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Draft abortion guidelines will be produced in Northern Ireland

A judicial review run by Leigh Day has prompted the Northern Ireland Department of Health to commit to publishing abortion guidelines

Family Planning Association welcome abortion guidelines in Northern Ireland

28 February 2013

In a concession made just hours before today's hearing the Northern Ireland Department of Health yesterday confirmed that draft abortion guidelines for Northern Ireland will be produced, for the approval of the ministerial Executive in Belfast, by March 7th.

A judicial review launched by Leigh Day on behalf of the Family Planning Association (FPA) was due to begin today to ask the High Court in Belfast to order the Department to publish guidelines.  However, a letter was received by the FPA from the minister's office yesterday afternoon confirming Minister Edwin Poots' decision.

Speaking outside the Court, Richard Stein partner in the human rights team at Leigh Day, said:

"Having had endless prevarication, all of a sudden a matter of hours before the hearing they conceded the whole position, agreeing that they would put draft guidelines to the Executive to go out for consultation.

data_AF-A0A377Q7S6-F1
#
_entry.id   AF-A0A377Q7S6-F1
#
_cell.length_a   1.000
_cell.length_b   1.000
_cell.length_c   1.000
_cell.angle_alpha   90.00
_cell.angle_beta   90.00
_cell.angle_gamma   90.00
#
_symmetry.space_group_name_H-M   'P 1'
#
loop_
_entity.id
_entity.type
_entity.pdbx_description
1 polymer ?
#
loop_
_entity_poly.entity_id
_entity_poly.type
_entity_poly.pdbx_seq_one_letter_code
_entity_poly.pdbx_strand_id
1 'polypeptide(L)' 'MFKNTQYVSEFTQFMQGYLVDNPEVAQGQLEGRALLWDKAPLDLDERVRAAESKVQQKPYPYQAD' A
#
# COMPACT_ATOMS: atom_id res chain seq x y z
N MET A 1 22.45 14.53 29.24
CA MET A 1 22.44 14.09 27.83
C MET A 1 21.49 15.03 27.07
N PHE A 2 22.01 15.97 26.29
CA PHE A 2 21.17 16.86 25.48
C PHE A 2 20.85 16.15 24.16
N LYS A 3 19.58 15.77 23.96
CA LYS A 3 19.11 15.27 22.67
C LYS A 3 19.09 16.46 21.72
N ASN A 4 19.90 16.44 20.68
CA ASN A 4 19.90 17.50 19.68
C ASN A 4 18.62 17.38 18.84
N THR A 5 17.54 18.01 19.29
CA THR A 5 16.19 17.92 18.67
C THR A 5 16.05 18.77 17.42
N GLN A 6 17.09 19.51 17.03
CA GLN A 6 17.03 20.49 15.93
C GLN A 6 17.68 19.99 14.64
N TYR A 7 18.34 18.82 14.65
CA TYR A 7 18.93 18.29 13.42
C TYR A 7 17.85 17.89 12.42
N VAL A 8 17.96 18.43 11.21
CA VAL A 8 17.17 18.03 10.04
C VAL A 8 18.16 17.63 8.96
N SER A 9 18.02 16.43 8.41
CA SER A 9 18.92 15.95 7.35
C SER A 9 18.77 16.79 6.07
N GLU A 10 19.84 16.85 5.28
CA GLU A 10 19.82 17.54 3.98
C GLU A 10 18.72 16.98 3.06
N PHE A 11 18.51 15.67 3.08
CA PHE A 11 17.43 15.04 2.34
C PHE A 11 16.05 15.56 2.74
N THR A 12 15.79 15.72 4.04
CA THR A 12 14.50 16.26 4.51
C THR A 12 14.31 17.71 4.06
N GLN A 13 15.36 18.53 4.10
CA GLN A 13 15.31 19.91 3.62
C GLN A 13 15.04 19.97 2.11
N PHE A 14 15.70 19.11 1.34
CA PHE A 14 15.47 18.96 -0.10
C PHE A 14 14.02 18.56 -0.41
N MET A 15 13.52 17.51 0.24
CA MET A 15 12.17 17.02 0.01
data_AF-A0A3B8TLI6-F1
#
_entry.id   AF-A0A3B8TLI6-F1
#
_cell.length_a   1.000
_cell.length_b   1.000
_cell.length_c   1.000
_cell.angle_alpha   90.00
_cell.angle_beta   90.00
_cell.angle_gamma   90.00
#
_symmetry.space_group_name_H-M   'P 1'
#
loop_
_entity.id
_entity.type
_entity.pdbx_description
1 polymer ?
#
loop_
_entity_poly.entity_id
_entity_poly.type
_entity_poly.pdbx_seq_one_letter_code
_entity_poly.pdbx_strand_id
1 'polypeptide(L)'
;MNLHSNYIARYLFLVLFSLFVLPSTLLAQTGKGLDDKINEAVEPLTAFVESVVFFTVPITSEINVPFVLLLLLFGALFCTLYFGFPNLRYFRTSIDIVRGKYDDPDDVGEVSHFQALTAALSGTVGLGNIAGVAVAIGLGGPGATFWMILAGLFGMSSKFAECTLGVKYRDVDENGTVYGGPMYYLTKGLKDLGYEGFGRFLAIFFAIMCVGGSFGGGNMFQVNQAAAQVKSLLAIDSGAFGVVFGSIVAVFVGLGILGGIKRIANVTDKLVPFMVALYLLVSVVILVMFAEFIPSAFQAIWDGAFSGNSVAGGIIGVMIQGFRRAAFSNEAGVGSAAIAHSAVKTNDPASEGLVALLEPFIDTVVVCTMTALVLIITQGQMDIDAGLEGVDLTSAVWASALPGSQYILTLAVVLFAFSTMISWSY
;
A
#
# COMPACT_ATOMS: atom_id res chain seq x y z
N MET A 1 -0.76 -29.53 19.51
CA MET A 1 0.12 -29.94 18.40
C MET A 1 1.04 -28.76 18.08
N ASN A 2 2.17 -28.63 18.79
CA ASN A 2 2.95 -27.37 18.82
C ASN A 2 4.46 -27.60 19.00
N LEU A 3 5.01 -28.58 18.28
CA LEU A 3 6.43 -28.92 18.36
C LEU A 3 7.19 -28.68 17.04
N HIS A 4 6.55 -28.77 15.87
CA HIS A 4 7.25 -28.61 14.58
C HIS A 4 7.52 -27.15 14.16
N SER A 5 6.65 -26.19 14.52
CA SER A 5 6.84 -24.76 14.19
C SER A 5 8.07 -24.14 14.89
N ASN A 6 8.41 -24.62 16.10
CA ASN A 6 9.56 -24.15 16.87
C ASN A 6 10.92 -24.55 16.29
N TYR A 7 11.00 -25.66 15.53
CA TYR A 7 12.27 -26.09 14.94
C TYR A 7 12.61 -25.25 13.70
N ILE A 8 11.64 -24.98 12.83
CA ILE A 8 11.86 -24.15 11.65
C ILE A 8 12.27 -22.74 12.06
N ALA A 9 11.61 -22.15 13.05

"It is another important step forward, it has broken the deadlock which has arisen since Minister Poots has been at the Department of Health, however, we remain doubtful that the guidelines will enable women to have the right to choose and not be dictated to by those with strong religious convictions which have no place in modern healthcare."

Unlike Great Britain abortion is only allowed in very restricted circumstances in Northern Ireland, such as to save a woman`s life or where there is a serious risk to her health.

After a previous legal action by the FPA charity, the Department of Health at Stormont issued a 20-page document in 2009 containing guidance for health professionals on the termination of pregnancy in Northern Ireland.

It was withdrawn the following year after a successful legal challenge by anti-abortion campaigners led to a ruling that sections on counselling and conscientious objection should be rewritten.

The opening of a Marie Stopes clinic in Belfast last year led to public protests and scrutiny by a committee in the Northern Ireland Assembly.

Outside court Audrey Simpson, chief executive of the FPA in Northern Ireland, called for guidance to be issued urgently after the minister's commitment. In a statement she said: "It's unfortunate that the Family Planning Association had to resort to legal action to achieve this result.

"The action now promised by the department is something that should have happened many years ago.

"The Family Planning Association started this process almost 12 years ago and it's very interesting to note that in that period public opinion on the issue has changed significantly."

Ms Simpson added: "It's essential that the guidance should contain clear pathways for referrals for women and directions for aftercare services which is essentially what these proceedings were all about."

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